Whether you implement some or all of the steps above, be sure to clearly label all bins and files (both hard copy and digital). And—perhaps the most important tip of all—make sure to dedicate 10 to 15 minutes each day to sorting and taking action on the papers in each bin so the piles never become overwhelming and work doesn’t slip through the cracks.

    spick and scan
  6. Practice One In/One Out

    Once you’ve organized your physical workspace, the challenge is to keep things neat. Facilitate this process by implementing a one in/one out rule. For example, if you buy a new book, consider donating one to the local library. Invest in a new mouse or keyboard? Donate the old one to make way for the new.

  7. Clear up digital clutter

    Just as we waste time sifting through hard copies of unsorted documents, we can easily lose time searching through files on our computers. In fact, people can spend up to an hour a day trying to find digital documents. Avoid this time-waster by creating clearly labeled folders in your inbox and on your desktop.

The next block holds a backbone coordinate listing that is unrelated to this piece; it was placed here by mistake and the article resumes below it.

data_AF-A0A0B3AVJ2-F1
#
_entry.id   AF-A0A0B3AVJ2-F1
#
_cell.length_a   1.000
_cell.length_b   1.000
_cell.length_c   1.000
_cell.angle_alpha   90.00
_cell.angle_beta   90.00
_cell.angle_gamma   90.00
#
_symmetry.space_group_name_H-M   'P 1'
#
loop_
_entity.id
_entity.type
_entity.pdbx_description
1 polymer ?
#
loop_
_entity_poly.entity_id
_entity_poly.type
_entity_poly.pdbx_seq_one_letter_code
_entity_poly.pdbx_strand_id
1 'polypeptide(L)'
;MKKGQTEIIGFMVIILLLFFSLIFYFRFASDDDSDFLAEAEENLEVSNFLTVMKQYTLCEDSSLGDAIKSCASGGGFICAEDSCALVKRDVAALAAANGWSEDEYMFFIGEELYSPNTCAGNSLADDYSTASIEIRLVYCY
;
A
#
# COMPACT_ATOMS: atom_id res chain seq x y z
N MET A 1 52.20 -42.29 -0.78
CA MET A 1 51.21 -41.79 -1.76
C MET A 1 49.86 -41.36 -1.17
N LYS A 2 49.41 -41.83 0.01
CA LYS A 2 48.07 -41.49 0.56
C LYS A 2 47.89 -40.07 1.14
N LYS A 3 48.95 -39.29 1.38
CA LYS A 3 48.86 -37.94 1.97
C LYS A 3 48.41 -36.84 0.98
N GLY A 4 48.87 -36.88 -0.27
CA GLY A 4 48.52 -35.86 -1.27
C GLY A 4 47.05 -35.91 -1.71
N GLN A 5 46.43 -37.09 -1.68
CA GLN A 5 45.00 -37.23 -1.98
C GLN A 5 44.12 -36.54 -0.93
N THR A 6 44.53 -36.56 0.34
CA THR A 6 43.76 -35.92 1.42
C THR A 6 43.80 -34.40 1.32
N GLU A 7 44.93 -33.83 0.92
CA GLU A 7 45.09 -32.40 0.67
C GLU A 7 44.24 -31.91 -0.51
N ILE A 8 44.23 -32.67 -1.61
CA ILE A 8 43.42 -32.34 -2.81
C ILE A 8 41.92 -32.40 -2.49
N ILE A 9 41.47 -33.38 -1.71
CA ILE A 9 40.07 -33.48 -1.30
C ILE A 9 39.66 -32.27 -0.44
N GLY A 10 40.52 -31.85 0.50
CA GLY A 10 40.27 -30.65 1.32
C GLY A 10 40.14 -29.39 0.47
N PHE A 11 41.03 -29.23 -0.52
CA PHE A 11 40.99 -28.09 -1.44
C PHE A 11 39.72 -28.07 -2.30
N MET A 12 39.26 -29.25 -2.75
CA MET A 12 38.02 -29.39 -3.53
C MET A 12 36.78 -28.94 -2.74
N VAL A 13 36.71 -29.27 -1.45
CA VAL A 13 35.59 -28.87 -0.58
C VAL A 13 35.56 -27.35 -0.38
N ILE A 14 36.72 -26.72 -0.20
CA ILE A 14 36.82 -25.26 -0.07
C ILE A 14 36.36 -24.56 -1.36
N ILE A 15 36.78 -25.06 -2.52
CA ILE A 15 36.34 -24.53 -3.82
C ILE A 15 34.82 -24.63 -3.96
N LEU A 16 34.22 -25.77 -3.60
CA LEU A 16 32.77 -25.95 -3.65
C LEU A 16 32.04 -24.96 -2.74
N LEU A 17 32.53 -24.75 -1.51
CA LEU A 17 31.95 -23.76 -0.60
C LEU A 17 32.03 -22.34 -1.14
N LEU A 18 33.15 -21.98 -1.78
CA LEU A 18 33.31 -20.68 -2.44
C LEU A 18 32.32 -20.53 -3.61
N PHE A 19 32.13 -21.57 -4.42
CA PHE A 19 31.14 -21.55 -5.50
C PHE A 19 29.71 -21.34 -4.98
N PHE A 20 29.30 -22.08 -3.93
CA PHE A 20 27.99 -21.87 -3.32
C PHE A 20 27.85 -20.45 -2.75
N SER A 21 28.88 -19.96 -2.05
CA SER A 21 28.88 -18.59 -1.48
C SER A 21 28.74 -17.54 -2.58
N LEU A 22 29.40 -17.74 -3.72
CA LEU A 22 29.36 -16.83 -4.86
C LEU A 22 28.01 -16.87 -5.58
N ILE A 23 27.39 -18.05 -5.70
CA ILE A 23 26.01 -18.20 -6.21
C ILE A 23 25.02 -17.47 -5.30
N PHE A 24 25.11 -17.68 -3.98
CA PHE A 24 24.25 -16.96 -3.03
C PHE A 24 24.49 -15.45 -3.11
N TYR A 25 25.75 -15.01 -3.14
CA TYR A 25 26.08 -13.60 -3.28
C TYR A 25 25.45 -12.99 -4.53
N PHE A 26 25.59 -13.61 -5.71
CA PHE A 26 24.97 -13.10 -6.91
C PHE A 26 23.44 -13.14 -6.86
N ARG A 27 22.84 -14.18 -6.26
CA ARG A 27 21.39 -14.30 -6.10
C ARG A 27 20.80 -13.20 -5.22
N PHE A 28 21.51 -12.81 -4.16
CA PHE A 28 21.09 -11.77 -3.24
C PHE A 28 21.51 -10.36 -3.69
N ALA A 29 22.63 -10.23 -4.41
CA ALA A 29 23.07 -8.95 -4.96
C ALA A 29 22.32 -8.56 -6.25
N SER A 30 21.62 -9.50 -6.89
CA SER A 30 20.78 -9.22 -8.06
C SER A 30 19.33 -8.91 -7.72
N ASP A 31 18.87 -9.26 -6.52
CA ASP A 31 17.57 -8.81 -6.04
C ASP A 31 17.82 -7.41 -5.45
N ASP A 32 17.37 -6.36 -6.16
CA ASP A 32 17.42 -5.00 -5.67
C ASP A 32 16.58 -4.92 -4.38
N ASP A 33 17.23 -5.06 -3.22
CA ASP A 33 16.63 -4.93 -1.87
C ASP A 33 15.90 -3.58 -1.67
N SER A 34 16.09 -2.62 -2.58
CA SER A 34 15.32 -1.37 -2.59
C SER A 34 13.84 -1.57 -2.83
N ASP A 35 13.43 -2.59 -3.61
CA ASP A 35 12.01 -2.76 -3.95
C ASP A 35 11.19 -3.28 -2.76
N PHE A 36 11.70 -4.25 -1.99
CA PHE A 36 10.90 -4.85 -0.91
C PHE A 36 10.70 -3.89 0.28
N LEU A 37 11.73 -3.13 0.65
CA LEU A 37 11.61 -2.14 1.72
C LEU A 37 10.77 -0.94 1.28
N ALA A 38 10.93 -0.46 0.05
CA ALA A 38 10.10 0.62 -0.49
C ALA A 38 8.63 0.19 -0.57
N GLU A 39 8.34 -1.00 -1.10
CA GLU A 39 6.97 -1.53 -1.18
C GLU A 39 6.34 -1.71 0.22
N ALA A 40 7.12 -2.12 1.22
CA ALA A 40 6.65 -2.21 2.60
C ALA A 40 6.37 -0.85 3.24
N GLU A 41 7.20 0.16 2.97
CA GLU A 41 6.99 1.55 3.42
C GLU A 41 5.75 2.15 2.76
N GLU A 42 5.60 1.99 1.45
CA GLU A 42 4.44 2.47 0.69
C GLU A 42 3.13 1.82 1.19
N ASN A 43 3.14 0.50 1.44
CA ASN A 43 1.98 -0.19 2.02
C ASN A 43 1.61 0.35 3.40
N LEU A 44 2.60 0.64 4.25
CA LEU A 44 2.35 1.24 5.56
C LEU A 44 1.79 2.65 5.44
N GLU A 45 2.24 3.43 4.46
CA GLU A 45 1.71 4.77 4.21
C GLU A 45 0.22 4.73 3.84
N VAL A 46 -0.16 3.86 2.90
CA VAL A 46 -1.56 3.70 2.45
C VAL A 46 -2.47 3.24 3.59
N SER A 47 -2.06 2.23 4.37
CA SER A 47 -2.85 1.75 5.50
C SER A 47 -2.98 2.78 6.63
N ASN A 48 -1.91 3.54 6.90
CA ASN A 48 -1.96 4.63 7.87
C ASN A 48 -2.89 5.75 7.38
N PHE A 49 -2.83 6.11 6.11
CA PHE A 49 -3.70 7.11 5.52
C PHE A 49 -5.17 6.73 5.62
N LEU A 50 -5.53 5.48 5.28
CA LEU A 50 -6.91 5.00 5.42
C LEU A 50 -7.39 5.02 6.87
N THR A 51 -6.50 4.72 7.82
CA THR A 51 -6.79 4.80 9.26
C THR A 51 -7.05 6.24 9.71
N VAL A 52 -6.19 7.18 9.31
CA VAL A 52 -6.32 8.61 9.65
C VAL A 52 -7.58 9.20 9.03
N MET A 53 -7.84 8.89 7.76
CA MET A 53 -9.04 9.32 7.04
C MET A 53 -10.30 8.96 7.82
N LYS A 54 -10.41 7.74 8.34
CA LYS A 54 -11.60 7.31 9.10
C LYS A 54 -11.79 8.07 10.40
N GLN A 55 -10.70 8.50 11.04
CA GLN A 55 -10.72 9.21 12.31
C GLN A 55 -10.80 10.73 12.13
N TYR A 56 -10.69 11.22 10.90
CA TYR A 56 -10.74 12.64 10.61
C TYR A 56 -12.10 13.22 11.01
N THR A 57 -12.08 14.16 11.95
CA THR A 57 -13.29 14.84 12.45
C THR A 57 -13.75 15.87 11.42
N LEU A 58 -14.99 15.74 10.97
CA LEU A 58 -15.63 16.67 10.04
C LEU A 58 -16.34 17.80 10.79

Don’t forget to back up digital files on a regular basis. Up to 70 percent of businesspeople lose computer data each year, to the tune of $18 billion. Avoid being one of them by backing up files to an external hard drive on a weekly basis or enlist an off-site internet service to back up files to the cloud.

  8. Beautify the space

    A relaxing, visually appealing workspace can boost productivity and exude a sense of professionalism. Up the ante by decorating your workspace with fresh flowers, known to boost creativity and make offices feel truly exciting, invigorating, comfortable and attractive.

  9. Make organization a habit

    reasons to rock

    An office only stays organized if you put in the work to keep it that way. Dedicate five to 10 minutes at the end of each workday to straighten up the workspace and prep for the next day. Not only will you feel accomplished at the end of each day, but you can arrive at work each morning with a clear sense of what needs to be done—and a clean space to do it in.

    Once a week (or every other week), set aside an hour to conduct a deeper clean. Dust bookshelves, lampshades and other surfaces, disinfect doorknobs and keyboards and tend to any other clean up needs that may not be met throughout the week.

Getting your office clean—and keeping it that way—may seem like a lot of work up front, but the outcome is well worth it. Put in the effort now, and you’ll reap the rewards every day in the form of increased productivity, professionalism and peace of mind.

Share this infographic on your site

9 smart yet simple ways to organize your office